In July I received a phone call from ExactTarget. The Indianapolis-based company wanted to interview me for a remote position based in Seattle. After weeks of interviews, they made me an offer. I jumped in without knowing much, but decided to accept the offer. It sounded like a great opportunity. The question I remember, "how do you feel about traveling to Indianapolis once in a while?"

Uh...what?

Being an independent team member

In August I flew out to Indianapolis for New Employee Orientation. I have a job! I never really traveled much on my own before. In fact, the only time I could recall traveling alone was to South Bend to interview for admission in the fine arts program at the University of Notre Dame. I was the 3rd choice out of two available spots! That, is another story!

My mom bought me a suitcase, picked up Wilson and I was off to Indy for a week. I wasn't sure what I would be doing. The only thing I knew was that it was with email (which I had experience with) and some consulting work. When I heard some of the brands I was going to work for, I was stoked! Wow, never in my life did I think I would be able to step in and do this work. I would soon learn it was definitely baptism by fire! During orientation I met so many talented people, including one of my best friends Rob. It was a bit intimidation at first. As we went through the class, everyone was talking about all these great companies they worked for. Me? Oh, I did some freelance work and non-profit work.

The pace was so quick. I think I my job description changed three times before I even started working and changed bosses like that. I absolutely loved the pace. Here was a company that entrusted their employees to get the job done. Their mentality: hire determined people with talent and let them do their thing. My old boss was a huge micro-manager, so this environment was different. They basically did some email intros and sent me back to Seattle to start working with my client.

I worked for ExactTarget for about two years and gained confidence in my ability in working with clients of this magnitude and traveling alone, eating alone, and doing things alone. After a while I resigned from ET, which is still one of the hardest decisions I've ever had to make in my life. I became passionate in User Experience Design, building web apps and had a desire to travel and work remotely.

I decided to go self-employed.

Going self-employed: diving in head first

Let me say this first-off: there is NEVER a good time to become self-employed. It's like waiting for the tides to be perfect. Sometimes you have to just take the chance and ride that wave that you choose. That's what happened with me. This resignation was not like the first. I planned and really thought out what sort of work I wanted to do, had some prospects lined up and it was just a matter of execution.

It took two months of work before it was time to form a company, Xhatch Interactive. Who did I form it with? My friend @raid5! It is so nice to come full circle in some ways. The person who taught me so much about the industry is now a collaborator.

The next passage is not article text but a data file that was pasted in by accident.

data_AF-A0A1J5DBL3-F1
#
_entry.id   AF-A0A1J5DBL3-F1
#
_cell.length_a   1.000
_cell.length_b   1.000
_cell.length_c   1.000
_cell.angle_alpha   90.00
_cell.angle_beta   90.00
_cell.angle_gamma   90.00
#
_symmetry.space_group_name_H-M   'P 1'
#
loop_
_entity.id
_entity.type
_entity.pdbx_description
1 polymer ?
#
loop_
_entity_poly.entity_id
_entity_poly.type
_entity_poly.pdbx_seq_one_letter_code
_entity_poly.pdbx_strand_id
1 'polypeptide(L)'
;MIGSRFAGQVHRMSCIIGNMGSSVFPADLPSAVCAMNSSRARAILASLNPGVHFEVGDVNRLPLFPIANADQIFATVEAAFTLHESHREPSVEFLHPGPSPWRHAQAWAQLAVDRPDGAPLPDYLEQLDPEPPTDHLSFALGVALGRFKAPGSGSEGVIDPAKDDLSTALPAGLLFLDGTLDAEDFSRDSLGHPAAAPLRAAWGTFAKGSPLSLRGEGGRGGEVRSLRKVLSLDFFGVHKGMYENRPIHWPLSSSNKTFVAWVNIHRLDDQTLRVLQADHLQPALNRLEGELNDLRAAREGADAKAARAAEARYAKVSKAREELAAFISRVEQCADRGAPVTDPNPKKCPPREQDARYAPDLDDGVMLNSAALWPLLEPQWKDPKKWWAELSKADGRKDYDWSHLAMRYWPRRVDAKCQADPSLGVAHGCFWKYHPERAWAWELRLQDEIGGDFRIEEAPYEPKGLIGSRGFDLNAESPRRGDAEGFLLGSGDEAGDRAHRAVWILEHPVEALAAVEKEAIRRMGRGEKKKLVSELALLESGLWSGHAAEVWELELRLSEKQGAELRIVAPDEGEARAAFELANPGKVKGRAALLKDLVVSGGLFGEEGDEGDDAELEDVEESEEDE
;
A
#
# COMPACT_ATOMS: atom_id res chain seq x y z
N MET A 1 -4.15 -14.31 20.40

I am writing this post as I am taking a break from doing client work in Barcelona, Spain. I'm not quite where I want to be, but feel like I have a career and direction I'm working towards.

Moral of the story

Finding a job is NOT EASY!!! I think there is a perception, with the rise of new media, that you can connect with contacts you know, network and find work. Sure, it helps, but once you boil the Klout and brand down, you have the foundation of your skills and experiences. Always rely on that. I probably applied to 250 jobs, including ones out of my industry as I got desperate before I was called upon to work for ExactTarget.

My encouragement to you, if you're looking for a job or something different: pull out all the stops. If you don't know the skills, learn them. If you need help, find a mentor. If I can help you somehow, contact me.

Keep learning. Keep being inspired. Keep being curious.


Ichi-go Ichi-e. One Encounter. One Opportunity

Ichi-go ichi-e (一期一会, literally "one time, one meeting") is a Japanese term that describes a cultural concept often linked with famed tea master Sen no Rikyu. The term is often translated as "for this time only," "never again," or "one chance in a lifetime."

This Zen Buddhist saying was adapted by Samurai culture: you cannot get any moments back. The lesson being that you should make them all count. It’s a good lesson. One encounter with their enemy, one opportunity to make a strike. The outcome of that one action can determine the fate of his life. It's quite a beautiful saying. Similar is Japanese style painting, who take one swift brush stroke. The mark they make is forever embedded on the paper.

This is by far one of my favorite sayings ever, and I try my best to live my life this way.

I'm not a "regrets" kind of person. Of course I regret things. I think anyone who says they don't regret anything is lying to everything, especially themselves. That said, I have accepted my mistakes and missed opportunities in the past. Those marks have been made.

Now we have to make the most of it. We cannot change what has already passed through time, but we can make more marks on the paper to take a mistake and turn it into something beautiful.

I live my life very fast. I cannot wait, and I cannot hesitate. One hesitation can be the difference between a life changing experience and a missed opportunity.

One encounter. One opportunity.